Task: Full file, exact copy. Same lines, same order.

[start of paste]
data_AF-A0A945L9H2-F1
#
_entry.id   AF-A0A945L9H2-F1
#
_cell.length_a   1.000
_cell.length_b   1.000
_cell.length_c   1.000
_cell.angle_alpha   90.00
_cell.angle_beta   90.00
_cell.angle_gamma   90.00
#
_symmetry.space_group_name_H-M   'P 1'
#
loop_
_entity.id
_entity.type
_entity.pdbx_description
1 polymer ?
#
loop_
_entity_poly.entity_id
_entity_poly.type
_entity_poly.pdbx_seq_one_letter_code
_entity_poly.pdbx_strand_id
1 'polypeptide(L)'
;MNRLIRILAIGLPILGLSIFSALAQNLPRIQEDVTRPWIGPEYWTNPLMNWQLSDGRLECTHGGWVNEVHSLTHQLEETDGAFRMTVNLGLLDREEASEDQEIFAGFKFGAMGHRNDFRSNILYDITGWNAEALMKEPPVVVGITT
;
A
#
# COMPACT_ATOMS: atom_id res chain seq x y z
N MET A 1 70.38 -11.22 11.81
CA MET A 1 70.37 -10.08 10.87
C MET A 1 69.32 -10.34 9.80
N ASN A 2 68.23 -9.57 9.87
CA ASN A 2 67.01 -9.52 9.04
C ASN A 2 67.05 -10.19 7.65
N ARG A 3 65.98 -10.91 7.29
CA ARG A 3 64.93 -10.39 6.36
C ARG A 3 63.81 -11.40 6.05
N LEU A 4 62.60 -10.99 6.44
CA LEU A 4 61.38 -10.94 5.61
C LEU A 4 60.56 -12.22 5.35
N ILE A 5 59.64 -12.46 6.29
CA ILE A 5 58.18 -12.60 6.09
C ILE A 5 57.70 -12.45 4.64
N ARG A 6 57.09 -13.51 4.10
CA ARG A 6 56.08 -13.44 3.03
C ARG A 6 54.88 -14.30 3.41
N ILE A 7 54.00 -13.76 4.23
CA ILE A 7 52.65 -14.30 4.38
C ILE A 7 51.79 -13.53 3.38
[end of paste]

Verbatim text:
data_AF-A0A945L9H2-F1
#
_entry.id   AF-A0A945L9H2-F1
#
_cell.length_a   1.000
_cell.length_b   1.000
_cell.length_c   1.000
_cell.angle_alpha   90.00
_cell.angle_beta   90.00
_cell.angle_gamma   90.00
#
_symmetry.space_group_name_H-M   'P 1'
#
loop_
_entity.id
_entity.type
_entity.pdbx_description
1 polymer ?
#
loop_
_entity_poly.entity_id
_entity_poly.type
_entity_poly.pdbx_seq_one_letter_code
_entity_poly.pdbx_strand_id
1 'polypeptide(L)'
;MNRLIRILAIGLPILGLSIFSALAQNLPRIQEDVTRPWIGPEYWTNPLMNWQLSDGRLECTHGGWVNEVHSLTHQLEETDGAFRMTVNLGLLDREEASEDQEIFAGFKFGAMGHRNDFRSNILYDITGWNAEALMKEPPVVVGITT
;
A
#
# COMPACT_ATOMS: atom_id res chain seq x y z
N MET A 1 70.38 -11.22 11.81
CA MET A 1 70.37 -10.08 10.87
C MET A 1 69.32 -10.34 9.80
N ASN A 2 68.23 -9.57 9.87
CA ASN A 2 67.01 -9.52 9.04
C ASN A 2 67.05 -10.19 7.65
N ARG A 3 65.98 -10.91 7.29
CA ARG A 3 64.93 -10.39 6.36
C ARG A 3 63.81 -11.40 6.05
N LEU A 4 62.60 -10.99 6.44
CA LEU A 4 61.38 -10.94 5.61
C LEU A 4 60.56 -12.22 5.35
N ILE A 5 59.64 -12.46 6.29
CA ILE A 5 58.18 -12.60 6.09
C ILE A 5 57.70 -12.45 4.64
N ARG A 6 57.09 -13.51 4.10
CA ARG A 6 56.08 -13.44 3.03
C ARG A 6 54.88 -14.30 3.41
N ILE A 7 54.00 -13.76 4.23
CA ILE A 7 52.65 -14.30 4.38
C ILE A 7 51.79 -13.53 3.38